Cyber Security: Tips for staying safe on the web | Mountain West Farm Bureau Mutual Insurance Company

Cyber Security: Tips for staying safe on the web

cyber security


Almost every website that asks for your information requires you to set up a password, which can make keeping track of all your login credentials difficult. Try storing your passwords somewhere safe and accessible: nowadays, there are even well-reviewed and secure mobile apps that can store all your passwords. There are also password manager apps like LastPass that generate hard-to-crack passwords and store them for you.

Public WiFi

Coffee shop Wifi may be convenient, but it’s easy for us to forget just how easy it is for hackers to steal our data using public Wifi hotspots. If you decide to use public Wifi, avoid making financial transactions or logging in to any sensitive accounts/websites. Consider setting up a basic firewall on your device to block many kinds of attacks, or look into using a virtual private network (VPN) to encrypt your data and IP address when using public hotspots.


It’s a disturbing thought, but hackers and even government agencies can use your webcams and microphones to monitor your behavior and collect your information. Devices like smart phones, tablets, smart TVs, nanny cams, laptops, etc. can be used to spy on you: even Alexa of the popular Amazon Echo might be listening in on your conversations. This security issue is more difficult to address. You can cover lenses with tape or angle them towards the wall when they’re not in use, or store your devices in a drawer, under a cushion, or in a padded box. Other than ridding yourself of all devices completely, the best you can do is be mindful of what you do and say when around any lenses or microphones.

Social Media

Many of us share information about ourselves on social media that we don’t realize hackers can use to their advantage. Social media platforms can reveal your name, age, date of birth, phone number, and location. Personal photos can easily be accessed and used for nefarious purposes. “Checking In” or tagging places and people can reveal commute and address information. Purchases made through social media could also put your credit card information at risk. Many platforms, like Facebook, are constantly updating their safety features in an attempt to prevent such threats. Make sure you check your security settings on your social media profiles and keep them up to date to mitigate new threats. Avoid sharing too much personal information on social media and keep in mind that anything you post can likely be accessed by hackers.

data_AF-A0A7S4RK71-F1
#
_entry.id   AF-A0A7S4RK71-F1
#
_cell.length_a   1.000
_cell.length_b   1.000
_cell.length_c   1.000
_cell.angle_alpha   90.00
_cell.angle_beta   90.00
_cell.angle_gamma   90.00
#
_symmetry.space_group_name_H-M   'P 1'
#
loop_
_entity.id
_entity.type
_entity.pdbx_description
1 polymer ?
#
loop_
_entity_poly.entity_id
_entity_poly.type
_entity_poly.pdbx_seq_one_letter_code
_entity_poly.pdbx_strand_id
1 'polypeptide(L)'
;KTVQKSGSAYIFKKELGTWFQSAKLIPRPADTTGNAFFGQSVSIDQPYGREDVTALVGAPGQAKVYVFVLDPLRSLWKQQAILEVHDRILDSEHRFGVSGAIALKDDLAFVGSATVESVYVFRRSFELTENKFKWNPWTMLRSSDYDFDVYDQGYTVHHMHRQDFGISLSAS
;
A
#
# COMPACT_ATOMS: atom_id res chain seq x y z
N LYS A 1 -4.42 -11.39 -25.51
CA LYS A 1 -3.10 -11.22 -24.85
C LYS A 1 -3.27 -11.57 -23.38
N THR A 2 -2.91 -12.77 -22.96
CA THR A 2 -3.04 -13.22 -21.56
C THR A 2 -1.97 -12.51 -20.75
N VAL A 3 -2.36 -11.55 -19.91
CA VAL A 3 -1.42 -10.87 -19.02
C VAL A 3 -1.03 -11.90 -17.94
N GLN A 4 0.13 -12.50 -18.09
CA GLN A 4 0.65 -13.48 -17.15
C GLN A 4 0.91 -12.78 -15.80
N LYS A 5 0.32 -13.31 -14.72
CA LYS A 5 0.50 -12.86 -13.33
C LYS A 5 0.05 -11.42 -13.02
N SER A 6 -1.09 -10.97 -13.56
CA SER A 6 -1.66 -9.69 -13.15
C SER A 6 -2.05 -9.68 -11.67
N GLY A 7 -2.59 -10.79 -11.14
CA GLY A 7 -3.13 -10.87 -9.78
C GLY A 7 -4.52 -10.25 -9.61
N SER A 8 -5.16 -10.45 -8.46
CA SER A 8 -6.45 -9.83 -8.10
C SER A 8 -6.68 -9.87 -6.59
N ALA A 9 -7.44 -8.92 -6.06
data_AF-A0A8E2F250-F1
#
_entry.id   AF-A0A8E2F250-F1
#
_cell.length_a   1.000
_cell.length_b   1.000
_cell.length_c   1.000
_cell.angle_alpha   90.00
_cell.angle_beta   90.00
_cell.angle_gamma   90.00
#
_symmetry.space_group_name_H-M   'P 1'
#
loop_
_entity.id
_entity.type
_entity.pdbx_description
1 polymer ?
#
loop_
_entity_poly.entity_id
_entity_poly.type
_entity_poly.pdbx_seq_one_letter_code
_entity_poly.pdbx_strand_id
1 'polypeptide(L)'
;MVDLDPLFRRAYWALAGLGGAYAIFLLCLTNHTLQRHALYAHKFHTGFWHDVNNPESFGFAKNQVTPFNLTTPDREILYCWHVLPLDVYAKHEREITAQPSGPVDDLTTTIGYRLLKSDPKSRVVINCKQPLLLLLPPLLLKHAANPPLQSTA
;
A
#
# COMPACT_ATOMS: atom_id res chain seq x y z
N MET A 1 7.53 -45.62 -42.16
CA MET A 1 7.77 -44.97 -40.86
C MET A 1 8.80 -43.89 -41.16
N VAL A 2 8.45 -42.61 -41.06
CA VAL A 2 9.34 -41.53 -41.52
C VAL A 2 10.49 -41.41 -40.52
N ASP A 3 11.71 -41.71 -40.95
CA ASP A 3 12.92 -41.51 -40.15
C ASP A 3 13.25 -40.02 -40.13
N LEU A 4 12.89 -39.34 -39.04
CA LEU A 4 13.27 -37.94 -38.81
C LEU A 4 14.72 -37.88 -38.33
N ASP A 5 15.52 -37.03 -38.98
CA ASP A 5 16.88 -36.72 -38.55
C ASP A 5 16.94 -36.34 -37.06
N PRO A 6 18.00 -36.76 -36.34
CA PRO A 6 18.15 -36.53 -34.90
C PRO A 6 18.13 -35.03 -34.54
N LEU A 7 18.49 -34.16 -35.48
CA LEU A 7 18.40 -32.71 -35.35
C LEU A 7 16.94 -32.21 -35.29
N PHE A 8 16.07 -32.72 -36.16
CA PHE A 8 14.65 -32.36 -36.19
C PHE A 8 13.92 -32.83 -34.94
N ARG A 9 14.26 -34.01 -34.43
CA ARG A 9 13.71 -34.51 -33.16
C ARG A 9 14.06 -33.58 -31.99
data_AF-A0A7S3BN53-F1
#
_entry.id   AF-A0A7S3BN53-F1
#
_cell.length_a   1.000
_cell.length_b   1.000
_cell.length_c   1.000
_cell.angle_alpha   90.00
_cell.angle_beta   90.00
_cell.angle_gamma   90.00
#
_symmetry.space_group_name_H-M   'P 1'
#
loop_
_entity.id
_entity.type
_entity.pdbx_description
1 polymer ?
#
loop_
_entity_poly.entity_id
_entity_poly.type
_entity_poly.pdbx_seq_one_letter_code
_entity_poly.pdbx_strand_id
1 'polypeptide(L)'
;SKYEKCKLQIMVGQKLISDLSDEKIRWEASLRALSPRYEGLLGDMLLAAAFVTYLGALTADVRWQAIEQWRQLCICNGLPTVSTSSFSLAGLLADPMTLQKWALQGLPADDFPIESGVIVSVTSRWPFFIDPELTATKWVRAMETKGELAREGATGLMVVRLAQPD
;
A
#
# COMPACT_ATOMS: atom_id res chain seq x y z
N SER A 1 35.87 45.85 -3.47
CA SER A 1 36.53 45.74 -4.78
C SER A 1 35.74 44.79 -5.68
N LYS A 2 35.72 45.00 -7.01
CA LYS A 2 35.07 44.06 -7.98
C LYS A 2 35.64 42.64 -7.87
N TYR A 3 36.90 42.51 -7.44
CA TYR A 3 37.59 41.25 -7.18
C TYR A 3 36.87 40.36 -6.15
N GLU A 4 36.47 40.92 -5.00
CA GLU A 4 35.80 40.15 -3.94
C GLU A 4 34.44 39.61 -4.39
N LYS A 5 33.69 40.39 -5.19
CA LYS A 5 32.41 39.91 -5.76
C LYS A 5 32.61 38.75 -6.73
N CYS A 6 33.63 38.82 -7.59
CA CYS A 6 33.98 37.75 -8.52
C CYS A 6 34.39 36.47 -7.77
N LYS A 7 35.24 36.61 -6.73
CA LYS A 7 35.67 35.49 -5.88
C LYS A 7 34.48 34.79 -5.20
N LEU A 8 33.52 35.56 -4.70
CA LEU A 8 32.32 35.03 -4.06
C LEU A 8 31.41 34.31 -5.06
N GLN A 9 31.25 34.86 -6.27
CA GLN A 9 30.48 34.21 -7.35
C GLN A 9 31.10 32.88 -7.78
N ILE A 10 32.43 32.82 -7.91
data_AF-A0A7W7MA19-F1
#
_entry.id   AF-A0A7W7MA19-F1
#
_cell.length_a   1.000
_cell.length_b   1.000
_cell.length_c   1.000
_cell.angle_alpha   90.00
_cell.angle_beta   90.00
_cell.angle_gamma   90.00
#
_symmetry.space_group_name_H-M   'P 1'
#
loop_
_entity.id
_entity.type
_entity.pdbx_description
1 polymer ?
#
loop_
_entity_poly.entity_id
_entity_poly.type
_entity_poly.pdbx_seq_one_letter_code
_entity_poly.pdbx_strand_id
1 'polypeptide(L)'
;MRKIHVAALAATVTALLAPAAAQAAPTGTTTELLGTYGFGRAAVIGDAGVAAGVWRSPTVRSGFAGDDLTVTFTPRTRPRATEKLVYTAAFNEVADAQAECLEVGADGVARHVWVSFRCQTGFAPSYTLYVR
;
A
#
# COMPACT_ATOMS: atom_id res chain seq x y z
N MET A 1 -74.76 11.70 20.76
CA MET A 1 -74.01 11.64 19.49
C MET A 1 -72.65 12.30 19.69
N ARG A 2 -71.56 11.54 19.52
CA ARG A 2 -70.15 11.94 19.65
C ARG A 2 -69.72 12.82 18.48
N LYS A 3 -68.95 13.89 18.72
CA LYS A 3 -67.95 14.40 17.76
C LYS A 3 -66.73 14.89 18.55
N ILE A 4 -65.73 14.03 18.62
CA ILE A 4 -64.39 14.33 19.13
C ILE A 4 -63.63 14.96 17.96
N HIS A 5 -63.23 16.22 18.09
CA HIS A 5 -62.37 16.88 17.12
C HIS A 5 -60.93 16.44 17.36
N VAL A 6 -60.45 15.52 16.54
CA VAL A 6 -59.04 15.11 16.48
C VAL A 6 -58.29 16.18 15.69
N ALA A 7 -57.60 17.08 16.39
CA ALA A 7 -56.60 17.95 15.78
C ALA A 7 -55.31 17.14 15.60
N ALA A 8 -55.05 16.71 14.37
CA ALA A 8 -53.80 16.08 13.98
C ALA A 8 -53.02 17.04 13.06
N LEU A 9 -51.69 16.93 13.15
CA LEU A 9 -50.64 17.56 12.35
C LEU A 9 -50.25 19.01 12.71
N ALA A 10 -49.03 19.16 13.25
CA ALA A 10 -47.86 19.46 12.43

Click Bait

If it seems to good to be true, it probably is. Avoid scams that draw people in with the promise of free goods or services, high-paying careers, miracle cures or even true love connections. Hackers will often send messages that appear to be coming from friends and family so that you’re more likely to trust them, or pose as “ordinary people” to take advantage of people’s emotions. Do not click blindly and be wary of giving out your personal information and details willy-nilly. Make sure a website or company is legitimate and secure; and do some basic research to see if other people have fallen prey to the same scam. If you receive a suspicious message from a friend or family member, don’t click and contact them directly to make sure they actually sent it themselves.


Hackers are growing more and more sophisticated in their attacks, so it is important to stay alert and be proactive in protecting yourself and your information online. Use common sense when sharing your personal information and take simple steps to protect the data you do share. In the event of a data breach, you’ll be glad you did!


Sources:, ECPI University


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